much harder time getting full in! surance coverage.
In other words, yes, you have an obligation to take reasonable
preventative measures in a situation like this. Remember that
besides your neighbor's fence, a falling tree could hurt or kill
a person who happened to be standing in your yard or the
neighbor's at the wrong time. It's worth spending a little
money and time to ensure that isn't likely to happen. Your
neighbor may be willing to share the costs with you if you can't
afford it otherwise.
You may want to visit the library or bookstore and pick up a
copy of the Nolo Press book on Neighbor Law.
An obvious answer to your question is that you can ask your
insurer about the coverage.
The question I have for you is why you would consider
damaging the relationship you have with your neighbor over
a couple of dead trees? Even if you have to pay to have the
trees removed, it is the correct and polite, and neighborly,
thing to do. Your trees are your responsibility.
Your homeowners policy undoubtedly requires you to perform
maintenance and repair problems that you know about. If a tree
you realized was leaning finally falls down, certainly this
could be construed as maintenance you failed to perform. Read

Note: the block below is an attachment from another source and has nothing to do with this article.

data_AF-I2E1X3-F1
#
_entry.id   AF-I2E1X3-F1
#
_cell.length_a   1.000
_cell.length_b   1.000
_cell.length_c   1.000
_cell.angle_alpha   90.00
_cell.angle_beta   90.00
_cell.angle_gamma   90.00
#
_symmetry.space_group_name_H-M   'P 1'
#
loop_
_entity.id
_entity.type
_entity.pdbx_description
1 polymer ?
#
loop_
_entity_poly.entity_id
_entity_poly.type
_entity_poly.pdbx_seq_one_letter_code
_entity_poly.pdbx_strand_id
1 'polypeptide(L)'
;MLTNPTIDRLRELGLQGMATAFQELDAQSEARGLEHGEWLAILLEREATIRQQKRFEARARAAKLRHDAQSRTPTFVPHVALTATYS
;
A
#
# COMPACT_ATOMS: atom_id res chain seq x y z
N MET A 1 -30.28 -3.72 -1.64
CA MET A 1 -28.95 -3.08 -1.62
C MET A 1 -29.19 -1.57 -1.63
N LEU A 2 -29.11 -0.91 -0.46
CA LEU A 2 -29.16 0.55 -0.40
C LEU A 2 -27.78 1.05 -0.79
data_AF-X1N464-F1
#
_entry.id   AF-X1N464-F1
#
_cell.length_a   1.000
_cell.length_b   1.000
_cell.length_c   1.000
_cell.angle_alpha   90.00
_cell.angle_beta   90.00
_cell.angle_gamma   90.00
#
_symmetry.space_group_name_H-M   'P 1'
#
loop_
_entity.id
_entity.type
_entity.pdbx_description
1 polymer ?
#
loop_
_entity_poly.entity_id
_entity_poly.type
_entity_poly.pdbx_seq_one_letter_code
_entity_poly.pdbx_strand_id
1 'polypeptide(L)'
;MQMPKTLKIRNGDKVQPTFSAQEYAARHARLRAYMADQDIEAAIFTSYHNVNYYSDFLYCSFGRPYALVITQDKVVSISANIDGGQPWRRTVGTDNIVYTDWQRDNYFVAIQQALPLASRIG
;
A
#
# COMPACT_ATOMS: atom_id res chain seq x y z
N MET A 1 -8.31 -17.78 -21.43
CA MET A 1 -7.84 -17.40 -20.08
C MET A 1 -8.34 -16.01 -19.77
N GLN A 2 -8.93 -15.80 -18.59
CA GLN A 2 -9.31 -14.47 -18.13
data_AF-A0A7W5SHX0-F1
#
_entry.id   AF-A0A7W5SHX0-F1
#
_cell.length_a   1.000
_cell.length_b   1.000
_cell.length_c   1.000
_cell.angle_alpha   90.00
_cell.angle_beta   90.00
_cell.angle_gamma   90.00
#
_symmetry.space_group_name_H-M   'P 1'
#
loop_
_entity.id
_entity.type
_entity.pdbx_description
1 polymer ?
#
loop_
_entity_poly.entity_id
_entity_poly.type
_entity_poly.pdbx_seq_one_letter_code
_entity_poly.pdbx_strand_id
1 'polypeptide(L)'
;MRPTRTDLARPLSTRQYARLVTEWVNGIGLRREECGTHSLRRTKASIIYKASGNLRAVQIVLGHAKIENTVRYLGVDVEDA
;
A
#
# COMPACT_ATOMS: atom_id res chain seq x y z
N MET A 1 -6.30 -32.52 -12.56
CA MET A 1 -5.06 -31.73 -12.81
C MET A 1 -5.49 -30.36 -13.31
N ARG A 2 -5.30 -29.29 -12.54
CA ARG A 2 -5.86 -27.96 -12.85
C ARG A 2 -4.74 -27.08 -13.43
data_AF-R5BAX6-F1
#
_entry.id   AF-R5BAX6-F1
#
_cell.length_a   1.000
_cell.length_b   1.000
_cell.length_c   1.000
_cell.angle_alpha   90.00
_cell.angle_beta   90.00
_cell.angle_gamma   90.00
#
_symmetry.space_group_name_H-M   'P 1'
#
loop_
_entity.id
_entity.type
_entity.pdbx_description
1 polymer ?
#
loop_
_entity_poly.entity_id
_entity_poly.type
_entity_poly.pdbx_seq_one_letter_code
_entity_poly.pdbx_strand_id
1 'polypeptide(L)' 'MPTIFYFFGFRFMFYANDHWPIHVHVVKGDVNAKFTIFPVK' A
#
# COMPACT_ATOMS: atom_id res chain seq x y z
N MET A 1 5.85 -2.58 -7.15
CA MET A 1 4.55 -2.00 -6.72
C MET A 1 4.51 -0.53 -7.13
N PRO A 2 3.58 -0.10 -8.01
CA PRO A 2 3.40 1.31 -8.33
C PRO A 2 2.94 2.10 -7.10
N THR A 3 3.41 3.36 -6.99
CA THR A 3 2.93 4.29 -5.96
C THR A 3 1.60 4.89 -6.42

your policy. Homeowners insurance is supposed to cover true,
I'm not sure why you think it's ethical to transfer
responsibility for a problem you are aware of to your insurer.
Not to mention, waiting until the tree falls puts your neighbor
at risk of injury from a tree falling on his home - do you
really want to risk this? Your neighbor's request seems
perfectly reasonable to me.
You should check directly with your insurance provider to see
what is covered. Have you considered also that if the trees
are large enough for you to worry about fence damage, they are
probably large enough to cause human injury --possibly even
kill someone. I think you are being somewhat short-sighted not
to consider that possibility. You might be liable for your
neighbors injuries--not to mention the ethics of failing to
prevent a forseeable accident.
Please, you don't! want to risk someone getting hurt. Be
respectful and considerate. Take care of the trees. You may
think you will save money by letting the insurance pay for it
after the damage is done, but more likly, your insurance will go
up. Try collaborating with your neighbor. Maybe they would be
willing to pay for some of the work if they enjoyed some
Uhh, forgive me if I'm wrong, but it seems that your thinking